Accentuating the comprehensive nature of music and its relationship to intellectual, psychological and social skills is similar to the view point of Ruud’s definition of agency: “the sense of mastery, empowerment and social recognition” (Ruud, 2012, p. 88). Community Music Therapy attends to social-psychological and socio-cultural perspectives. Kodály insisted that children with low socio-economic status should also be part of his music program. He was convinced that his educational program would alleviate differences in class, status and well being.
While the Kodály Method is used worldwide, bringing together nations and cultures from Finland, Japan, Thailand, Spain, Canada, USA, it still remains almost undiscovered for therapy. Kodály was a pioneer establishing a multidisciplinary dialogue between musicology, philosophy, sociology and education. As Klára Kokas (1999), one of his disciples and coworkers mentioned, Kodály also encouraged his students to remain open to new ideas. He established theory and practice at the same time. As a musician and educator he devoted himself to the popularization of community music and choral singing, thus building a better society. As a researcher he studied the therapeutic effects of his method, especially its relationship with intellectual and social skills. His concept is justly a fundamental part of music education and music therapy also could profit from his ideas.
Kodály’s approach was a practical answer to his time’s social needs and problems. If his educational concepts are to be moved forward they need to be reframed in the light of recent interdisciplinary research and theory. Although the effectiveness of everyday music education is well recognised, Kodály’s overall reform of general music education could never be truly realized in modern Hungary. In order to adapt it to the 21st century’s social and cultural contexts several questions should be answered. Ruud (2004, p. 13) shed light on the fact that, “Something was lost when music became an art-form within aesthetics that became disentangled from everyday life and separated into its own sphere”. Can we restore this connection with the aim of Kodály, who “advocated teaching love for music supported by knowledge about music” (Kite, 1990/2014, p. 30). His concept of accessible early musical training as a part of compulsory elementary education might be a powerful tool for the prevention of distress especially in marginalized regions. The question is whether musical literacy and the Kodály concept could lead to the restoration of our broken relationship with music. How can it support the practice of Community Music Therapy? How can we establish new musical communinties based on the heritage of Kodály with the knowledge and experience of Community Music Therapy?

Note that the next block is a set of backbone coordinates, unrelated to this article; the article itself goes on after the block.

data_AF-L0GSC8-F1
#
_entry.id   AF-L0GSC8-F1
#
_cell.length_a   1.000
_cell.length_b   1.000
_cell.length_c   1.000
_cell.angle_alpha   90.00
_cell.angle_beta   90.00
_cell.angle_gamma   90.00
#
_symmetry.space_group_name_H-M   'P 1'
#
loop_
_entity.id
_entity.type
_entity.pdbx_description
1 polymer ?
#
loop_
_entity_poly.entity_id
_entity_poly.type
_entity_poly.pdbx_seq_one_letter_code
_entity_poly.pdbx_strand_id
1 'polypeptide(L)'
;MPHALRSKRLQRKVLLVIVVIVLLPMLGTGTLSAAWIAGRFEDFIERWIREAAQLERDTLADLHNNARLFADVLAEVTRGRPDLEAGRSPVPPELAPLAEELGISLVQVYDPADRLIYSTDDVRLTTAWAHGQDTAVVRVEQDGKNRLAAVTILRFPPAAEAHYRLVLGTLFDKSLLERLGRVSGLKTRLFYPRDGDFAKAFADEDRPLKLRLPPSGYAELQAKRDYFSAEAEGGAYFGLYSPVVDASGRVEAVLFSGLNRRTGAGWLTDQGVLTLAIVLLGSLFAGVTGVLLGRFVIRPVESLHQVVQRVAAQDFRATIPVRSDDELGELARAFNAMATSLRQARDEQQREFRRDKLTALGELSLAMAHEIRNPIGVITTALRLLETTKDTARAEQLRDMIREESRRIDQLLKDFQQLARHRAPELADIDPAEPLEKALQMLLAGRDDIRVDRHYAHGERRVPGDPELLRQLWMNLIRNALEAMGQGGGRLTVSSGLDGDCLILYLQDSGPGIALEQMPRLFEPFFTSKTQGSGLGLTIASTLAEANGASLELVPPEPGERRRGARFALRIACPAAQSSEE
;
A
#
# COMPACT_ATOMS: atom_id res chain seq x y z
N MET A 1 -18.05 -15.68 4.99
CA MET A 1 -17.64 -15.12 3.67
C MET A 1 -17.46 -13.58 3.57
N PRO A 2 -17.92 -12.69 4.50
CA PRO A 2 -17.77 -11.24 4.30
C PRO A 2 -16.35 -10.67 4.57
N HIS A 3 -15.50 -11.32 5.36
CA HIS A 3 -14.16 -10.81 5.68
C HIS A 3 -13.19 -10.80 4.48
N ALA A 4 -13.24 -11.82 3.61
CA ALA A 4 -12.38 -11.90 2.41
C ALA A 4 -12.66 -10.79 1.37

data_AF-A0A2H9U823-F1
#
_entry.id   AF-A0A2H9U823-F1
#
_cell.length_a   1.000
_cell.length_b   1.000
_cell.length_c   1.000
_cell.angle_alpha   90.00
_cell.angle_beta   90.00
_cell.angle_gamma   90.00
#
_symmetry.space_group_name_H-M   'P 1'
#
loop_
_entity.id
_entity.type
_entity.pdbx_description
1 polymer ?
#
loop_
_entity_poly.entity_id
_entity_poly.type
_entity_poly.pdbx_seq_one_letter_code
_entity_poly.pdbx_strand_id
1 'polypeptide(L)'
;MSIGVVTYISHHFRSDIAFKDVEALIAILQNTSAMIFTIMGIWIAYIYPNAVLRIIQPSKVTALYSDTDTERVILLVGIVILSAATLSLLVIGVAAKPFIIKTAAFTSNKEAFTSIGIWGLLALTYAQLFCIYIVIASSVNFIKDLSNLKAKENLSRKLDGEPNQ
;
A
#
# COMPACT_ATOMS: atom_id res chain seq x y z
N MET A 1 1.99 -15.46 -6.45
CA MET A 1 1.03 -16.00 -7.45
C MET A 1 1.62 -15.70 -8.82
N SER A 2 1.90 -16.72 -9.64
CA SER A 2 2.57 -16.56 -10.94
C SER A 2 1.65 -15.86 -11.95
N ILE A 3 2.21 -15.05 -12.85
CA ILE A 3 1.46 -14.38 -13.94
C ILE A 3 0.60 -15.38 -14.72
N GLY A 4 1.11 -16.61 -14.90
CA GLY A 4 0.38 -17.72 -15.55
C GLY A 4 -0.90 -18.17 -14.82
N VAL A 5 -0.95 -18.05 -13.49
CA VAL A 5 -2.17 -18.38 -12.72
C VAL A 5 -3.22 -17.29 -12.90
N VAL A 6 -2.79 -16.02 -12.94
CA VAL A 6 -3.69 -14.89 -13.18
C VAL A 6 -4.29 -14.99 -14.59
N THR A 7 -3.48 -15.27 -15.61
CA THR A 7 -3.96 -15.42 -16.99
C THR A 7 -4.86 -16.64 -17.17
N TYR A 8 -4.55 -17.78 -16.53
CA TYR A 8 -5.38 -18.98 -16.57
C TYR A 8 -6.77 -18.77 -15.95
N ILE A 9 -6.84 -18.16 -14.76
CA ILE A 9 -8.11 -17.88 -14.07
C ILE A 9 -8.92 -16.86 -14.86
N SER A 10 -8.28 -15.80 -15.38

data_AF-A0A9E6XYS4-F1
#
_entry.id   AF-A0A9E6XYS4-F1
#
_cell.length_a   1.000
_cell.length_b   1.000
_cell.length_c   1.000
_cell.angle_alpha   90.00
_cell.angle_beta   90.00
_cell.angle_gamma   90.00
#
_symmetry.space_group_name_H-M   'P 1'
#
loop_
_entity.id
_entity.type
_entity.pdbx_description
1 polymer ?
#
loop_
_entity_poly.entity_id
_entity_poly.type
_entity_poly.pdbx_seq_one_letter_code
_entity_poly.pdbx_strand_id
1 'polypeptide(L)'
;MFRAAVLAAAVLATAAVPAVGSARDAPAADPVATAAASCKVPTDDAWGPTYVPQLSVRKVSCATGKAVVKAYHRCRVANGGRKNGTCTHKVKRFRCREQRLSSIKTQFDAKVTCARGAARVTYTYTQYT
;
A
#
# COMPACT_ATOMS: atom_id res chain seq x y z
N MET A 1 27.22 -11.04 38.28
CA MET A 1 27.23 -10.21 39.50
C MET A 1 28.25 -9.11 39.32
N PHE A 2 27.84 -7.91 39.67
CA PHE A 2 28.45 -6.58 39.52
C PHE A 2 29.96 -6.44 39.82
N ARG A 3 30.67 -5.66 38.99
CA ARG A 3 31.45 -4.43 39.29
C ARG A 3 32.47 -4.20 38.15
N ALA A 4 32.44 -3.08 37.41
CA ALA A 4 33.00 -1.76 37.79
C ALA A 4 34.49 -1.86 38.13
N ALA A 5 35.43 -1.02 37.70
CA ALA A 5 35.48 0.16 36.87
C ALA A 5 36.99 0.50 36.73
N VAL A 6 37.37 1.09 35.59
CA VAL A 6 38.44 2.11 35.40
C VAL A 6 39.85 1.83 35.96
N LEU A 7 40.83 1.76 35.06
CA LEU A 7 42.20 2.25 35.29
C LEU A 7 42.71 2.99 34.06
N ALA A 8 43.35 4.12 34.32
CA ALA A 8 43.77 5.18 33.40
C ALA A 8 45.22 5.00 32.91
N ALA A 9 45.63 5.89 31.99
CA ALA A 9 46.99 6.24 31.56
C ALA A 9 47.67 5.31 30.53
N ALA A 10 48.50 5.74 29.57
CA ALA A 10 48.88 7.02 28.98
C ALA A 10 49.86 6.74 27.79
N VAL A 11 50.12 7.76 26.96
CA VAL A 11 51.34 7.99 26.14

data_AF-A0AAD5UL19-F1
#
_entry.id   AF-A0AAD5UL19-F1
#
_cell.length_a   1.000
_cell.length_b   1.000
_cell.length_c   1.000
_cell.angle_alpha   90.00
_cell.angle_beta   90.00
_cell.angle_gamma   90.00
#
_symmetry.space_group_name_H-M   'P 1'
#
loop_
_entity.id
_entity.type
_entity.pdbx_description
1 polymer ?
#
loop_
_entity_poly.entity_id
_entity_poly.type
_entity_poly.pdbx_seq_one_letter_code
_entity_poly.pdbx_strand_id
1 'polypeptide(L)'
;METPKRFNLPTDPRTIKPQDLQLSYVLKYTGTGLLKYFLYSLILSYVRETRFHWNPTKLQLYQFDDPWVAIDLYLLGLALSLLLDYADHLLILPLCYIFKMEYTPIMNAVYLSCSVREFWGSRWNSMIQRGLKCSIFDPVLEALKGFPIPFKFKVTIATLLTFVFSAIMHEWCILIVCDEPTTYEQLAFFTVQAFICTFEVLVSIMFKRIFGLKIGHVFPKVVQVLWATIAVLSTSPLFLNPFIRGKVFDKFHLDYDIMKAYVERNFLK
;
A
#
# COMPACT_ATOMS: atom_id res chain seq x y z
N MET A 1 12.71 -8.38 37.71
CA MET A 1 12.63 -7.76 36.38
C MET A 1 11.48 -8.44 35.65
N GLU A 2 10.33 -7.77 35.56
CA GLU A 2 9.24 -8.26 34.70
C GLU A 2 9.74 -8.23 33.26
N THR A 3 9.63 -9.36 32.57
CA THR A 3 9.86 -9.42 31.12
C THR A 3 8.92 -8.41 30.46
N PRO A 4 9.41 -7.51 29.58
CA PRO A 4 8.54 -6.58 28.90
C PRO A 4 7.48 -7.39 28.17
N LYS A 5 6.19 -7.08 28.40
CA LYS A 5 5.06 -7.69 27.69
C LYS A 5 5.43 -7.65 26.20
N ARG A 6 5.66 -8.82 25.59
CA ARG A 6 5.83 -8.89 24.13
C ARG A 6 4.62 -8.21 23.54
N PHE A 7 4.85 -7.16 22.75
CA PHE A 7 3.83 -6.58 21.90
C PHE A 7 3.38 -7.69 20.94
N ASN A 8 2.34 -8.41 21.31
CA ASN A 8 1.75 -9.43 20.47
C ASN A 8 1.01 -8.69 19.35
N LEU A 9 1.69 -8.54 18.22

Kodály's concept of music education is still very much alive today, but education requires an update in order to adapt to the 21st century. As Gönczy (2012) mentioned, the detailed methodology of different levels of education is not the work of Kodály, but it was worked out by his eminent diciples and coworkers: Jenő Ádám, György Kerényi, Benjámin Rajeczky, Erzsébet Szőnyi, Katalin Forrai, László Dobszay, and Helga Szabó. Kodály himself did not want to establish a detailed methodology, and he never published a comprehensive guide to his methods. Therefore the Kodály Method is not a static and closed approach; it should be discussed and rephrased in the light of needs and opportunities of the actual sociocultural context, scientific research and methodological concepts. As a clear evidence of its universality and flexibility, the method, principles and materials can be found worldwide adapted to different cultures.
Kodály's overall goal to make music accessible to everyone highly resembles to Community Music Therapy. Many of his ideas align with different Community Music Therapy projects such as choral singing for social connectedness and musical activity that is a “joy and not a torture” (1937/2007k, p. 74). Bringing nations together and building mutual understanding through singing each other’s folk songs is also an existing practice in the field of Community Music Therapy (Gilboa & Hanna, 2014). What does it mean for us to strive for higher artistic quality, keeping in mind that at the same time we are working for upward social mobility, promoting autotelic personality, and striving for public security? Are we brave enough to forget about nonmusical goals and immerse ourselves fully in music for its own sake, knowing that this is the best way to experience the wide range of extent benefits? The theory and practice of Zoltán Kodály created a field where education and therapy can meet, complement and fertilize each other, but it still needs to be explored.